Patent application title: Tinted Contact Lenses with Crescent Patterns
Angie L. Bowers (Jacksonville, FL, US)
Jerry W. Dukes (Sterlington, LA, US)
IPC8 Class: AG02C704FI
Class name: Ophthalmic lenses or blanks eye contact type colored
Publication date: 2010-01-07
Patent application number: 20100002189
The invention provides tinted contact lenses that use a crescent-shaped
pattern or pattern element to enhance the lens wearer's iris.
1. A contact lens, comprising a natural appearance enhancing
2. A contact lens, comprising at least one natural appearance enhancing crescent-shaped pattern element.
3. The contact lens of claim 1, wherein the crescent-shaped pattern is located completely in an iris portion of the lens.
4. The contact lens of claim 1, wherein the crescent-shaped is located partially in the iris portion of the lens.
5. The contact lens of claim 2, wherein the crescent-shaped pattern element is located completely in an iris portion of the lens.
6. The contact lens of claim 2, wherein the crescent-shaped pattern element is located partially in the iris portion of the lens.
7. A method of enhancing a lens wearer's eye, comprising providing a contact lens comprising a natural appearance enhancing crescent-shaped pattern.
8. A method of enhancing a lens wearer's eye, comprising providing a contact lens at least one natural appearance enhancing crescent-shaped pattern element.
FIELD OF THE INVENTION
The invention relates to tinted contact lenses. In particular, the invention provides contact lenses that enhance the color of a lens wearer's iris.
BACKGROUND OF THE INVENTION
The use of tinted, or colored, contact lenses to alter the natural color of the iris is well known. Typically, these lenses use either or both opaque and translucent colors to change the color of an iris, as for example, from brown to blue. Additionally, tinted lenses have been manufactured that attempt to enhance the iris color without changing the color. These lenses are disadvantageous because either the color enhancement is too subtle to be noticed when the lens is on-eye or the enhancement lends an unnatural appearance to the wearer's iris.
BRIEF DESCRIPTION OF THE DRAWINGS
FIG. 1 is one embodiment of the invention.
FIG. 2 is a second embodiment of the invention.
FIG. 3a, 3b, and 3c are variations of a third embodiment of the invention.
FIG. 4a, 4b, and 4c are variations of a fourth embodiment of the invention.
FIG. 5a and 5b are variations of a fifth embodiment of the invention.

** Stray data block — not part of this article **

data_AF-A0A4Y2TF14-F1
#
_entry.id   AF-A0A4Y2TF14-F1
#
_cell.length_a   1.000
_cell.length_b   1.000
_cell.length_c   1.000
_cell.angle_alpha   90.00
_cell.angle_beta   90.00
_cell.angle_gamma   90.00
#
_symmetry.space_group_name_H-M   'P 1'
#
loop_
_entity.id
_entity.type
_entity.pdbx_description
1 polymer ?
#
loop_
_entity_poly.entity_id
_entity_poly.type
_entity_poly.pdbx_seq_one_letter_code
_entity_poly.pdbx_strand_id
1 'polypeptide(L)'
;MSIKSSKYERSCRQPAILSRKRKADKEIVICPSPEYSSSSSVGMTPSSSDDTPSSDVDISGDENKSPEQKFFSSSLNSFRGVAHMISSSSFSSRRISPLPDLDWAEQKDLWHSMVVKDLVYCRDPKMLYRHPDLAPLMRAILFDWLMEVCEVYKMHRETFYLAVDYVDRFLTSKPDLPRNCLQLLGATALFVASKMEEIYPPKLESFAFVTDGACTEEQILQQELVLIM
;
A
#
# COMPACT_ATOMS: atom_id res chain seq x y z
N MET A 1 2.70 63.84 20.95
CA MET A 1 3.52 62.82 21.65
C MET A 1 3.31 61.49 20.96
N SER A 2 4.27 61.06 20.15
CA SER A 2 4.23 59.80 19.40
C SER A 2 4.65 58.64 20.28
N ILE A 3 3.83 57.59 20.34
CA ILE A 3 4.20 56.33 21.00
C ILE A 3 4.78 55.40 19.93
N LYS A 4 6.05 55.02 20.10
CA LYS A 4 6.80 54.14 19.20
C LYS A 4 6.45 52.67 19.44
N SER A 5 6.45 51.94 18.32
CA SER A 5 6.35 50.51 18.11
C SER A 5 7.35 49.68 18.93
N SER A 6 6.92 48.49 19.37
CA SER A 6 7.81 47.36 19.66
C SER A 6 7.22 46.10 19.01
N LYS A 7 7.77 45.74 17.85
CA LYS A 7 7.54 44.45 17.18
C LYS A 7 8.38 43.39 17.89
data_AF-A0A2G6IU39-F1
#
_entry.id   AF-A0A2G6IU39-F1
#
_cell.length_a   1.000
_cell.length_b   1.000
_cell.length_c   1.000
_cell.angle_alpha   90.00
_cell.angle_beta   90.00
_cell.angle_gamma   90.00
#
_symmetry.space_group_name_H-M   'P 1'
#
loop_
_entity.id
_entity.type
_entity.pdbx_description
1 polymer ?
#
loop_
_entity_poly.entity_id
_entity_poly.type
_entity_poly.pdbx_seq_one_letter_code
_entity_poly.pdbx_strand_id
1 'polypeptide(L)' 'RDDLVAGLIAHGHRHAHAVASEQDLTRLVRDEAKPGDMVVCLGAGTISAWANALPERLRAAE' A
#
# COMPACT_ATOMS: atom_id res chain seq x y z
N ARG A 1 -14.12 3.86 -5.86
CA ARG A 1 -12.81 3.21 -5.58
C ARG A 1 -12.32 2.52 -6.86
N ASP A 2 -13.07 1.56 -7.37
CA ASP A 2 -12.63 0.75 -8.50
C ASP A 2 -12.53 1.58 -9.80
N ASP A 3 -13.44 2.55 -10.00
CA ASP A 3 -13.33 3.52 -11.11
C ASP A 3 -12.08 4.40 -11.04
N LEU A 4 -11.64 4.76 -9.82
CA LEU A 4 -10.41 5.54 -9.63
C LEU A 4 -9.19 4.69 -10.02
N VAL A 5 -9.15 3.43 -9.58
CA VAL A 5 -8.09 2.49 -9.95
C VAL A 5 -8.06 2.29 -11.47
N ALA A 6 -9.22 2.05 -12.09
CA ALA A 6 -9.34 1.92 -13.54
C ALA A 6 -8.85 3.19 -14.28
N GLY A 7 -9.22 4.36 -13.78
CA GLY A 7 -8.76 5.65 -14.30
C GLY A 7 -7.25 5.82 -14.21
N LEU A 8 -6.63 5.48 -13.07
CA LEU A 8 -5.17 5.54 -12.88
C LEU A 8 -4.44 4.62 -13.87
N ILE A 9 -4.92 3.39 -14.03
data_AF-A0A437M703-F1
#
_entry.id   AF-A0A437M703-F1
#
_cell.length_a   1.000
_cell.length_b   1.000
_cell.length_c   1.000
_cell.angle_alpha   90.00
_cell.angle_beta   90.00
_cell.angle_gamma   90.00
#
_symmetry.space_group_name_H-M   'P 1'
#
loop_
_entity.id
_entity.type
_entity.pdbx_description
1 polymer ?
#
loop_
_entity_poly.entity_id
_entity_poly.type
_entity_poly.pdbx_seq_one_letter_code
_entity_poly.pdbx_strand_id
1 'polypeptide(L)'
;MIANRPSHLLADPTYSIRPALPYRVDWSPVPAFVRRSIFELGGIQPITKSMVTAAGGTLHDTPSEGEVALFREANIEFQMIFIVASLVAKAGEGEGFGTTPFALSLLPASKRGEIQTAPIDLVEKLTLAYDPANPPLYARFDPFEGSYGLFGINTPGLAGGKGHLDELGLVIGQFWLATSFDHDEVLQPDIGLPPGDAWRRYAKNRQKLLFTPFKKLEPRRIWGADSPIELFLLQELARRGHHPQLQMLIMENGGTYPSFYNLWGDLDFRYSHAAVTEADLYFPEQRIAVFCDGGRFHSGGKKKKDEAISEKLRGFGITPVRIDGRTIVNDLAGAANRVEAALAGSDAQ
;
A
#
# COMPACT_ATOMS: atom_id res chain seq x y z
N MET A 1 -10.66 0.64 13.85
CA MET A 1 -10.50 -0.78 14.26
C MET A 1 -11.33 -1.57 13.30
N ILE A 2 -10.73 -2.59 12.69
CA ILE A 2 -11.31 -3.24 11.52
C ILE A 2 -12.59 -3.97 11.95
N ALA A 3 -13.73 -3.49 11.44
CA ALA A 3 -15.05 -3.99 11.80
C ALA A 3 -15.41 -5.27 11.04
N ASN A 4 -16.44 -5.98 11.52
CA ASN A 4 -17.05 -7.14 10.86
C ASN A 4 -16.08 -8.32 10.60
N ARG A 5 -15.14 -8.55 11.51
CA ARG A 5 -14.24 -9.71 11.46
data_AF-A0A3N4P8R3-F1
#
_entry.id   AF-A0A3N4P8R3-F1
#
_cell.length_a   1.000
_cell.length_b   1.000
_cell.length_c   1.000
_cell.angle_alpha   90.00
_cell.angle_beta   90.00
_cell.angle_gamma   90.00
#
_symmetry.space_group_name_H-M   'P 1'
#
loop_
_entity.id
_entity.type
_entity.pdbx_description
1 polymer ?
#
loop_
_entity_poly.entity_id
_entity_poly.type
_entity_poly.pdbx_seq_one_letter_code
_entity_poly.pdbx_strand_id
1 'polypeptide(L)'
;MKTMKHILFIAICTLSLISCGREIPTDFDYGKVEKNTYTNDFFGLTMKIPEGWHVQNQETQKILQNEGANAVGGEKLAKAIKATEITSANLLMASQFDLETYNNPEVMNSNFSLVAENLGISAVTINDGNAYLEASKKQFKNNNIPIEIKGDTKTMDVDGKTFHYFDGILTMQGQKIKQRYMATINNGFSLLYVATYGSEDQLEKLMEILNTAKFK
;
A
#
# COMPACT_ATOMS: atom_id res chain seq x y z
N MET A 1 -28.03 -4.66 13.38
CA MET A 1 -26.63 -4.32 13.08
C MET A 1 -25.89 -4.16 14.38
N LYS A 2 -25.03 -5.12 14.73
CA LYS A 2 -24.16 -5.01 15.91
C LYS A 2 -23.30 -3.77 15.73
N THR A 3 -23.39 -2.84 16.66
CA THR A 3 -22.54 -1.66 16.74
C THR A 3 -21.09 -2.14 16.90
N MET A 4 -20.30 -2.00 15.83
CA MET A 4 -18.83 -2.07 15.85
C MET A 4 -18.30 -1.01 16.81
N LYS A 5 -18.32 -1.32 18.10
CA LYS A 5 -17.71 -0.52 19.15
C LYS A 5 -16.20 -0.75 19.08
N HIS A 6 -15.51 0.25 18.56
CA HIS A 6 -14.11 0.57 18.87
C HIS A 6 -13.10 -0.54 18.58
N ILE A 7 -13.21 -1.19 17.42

DETAILED DESCRIPTION OF THE INVENTION AND PREFERRED EMBODIMENTS
The invention provides tinted contact lenses, and methods for their manufacture, that use a crescent-shaped pattern or pattern element to enhance the lens wearer's iris. Additionally, the lenses of the invention may have additional pattern elements that completely or partially overlie the wearer's iris. The lenses of the invention may find greatest utility as cosmetic lenses for enhancing a dark-eyed individual's iris, but also may be used to enhance the iris of a light-eyed lens wearer as well.
In one embodiment, the invention provides a contact lens comprising, consisting essentially of, and consisting of a crescent-shaped pattern. In another embodiment, the invention provides a contact lens comprising, consisting essentially of, and consisting of at least one crescent-shaped pattern element.
By "crescent-shaped pattern" is meant a pattern having one or more elements, the overall shape of the pattern substantially forming a crescent. By "crescent-shaped pattern element" is meant a portion of a pattern the overall shape of which element substantially forms a crescent.
In the lenses of the invention, the crescent-shaped pattern or crescent-shaped pattern element preferably is located completely or partially in the iris portion of the lens. By "iris portion" is meant that part of the lens that substantially overlies the lens wearer's iris when the lens is on-eye and centered.
In FIG. 1 is shown one embodiment of the invention, which is crescent-shaped pattern 11 on lens 10. In this embodiment, the crescent-shaped pattern 11 is located at the bottom of the iris portion of the lens. For purposes of the invention, by the lens' top is meant that portion centered at or about the 90° location on the lens when the lens is on-eye and properly oriented and the bottom is centered at about the 270° location on the lens. One ordinarily skilled in art will recognize that the pattern may be placed at any position on the lens at which a enhancing or highlighting of the lens wearer's iris is desired.
The precise dimensions of the crescent-shaped pattern and crescent-shaped pattern element will depend upon the extent of the enhancing effect desired. Typically, from one end of the pattern or element to the other, as one moves circumferentially around the lens, the length will be about 6 to about 13.5 mm, preferably about 9 to 9.6 mm, and the width will be of about 0.75 to about 5 mm, preferably about 0.8 to about 2 mm. The innermost border of the pattern, meaning the border closest to the geometric center of the lens will be about 2 to about 6 mm and preferably about 3 to about 3.5 mm from the center. The outermost border of the pattern will be about 4 to about 8 mm from the geometric center of the lens. The total area of coverage of the pattern crescent-shaped pattern or all of the crescent-shaped pattern elements preferably is no greater than 75% of the iris portion of the lens.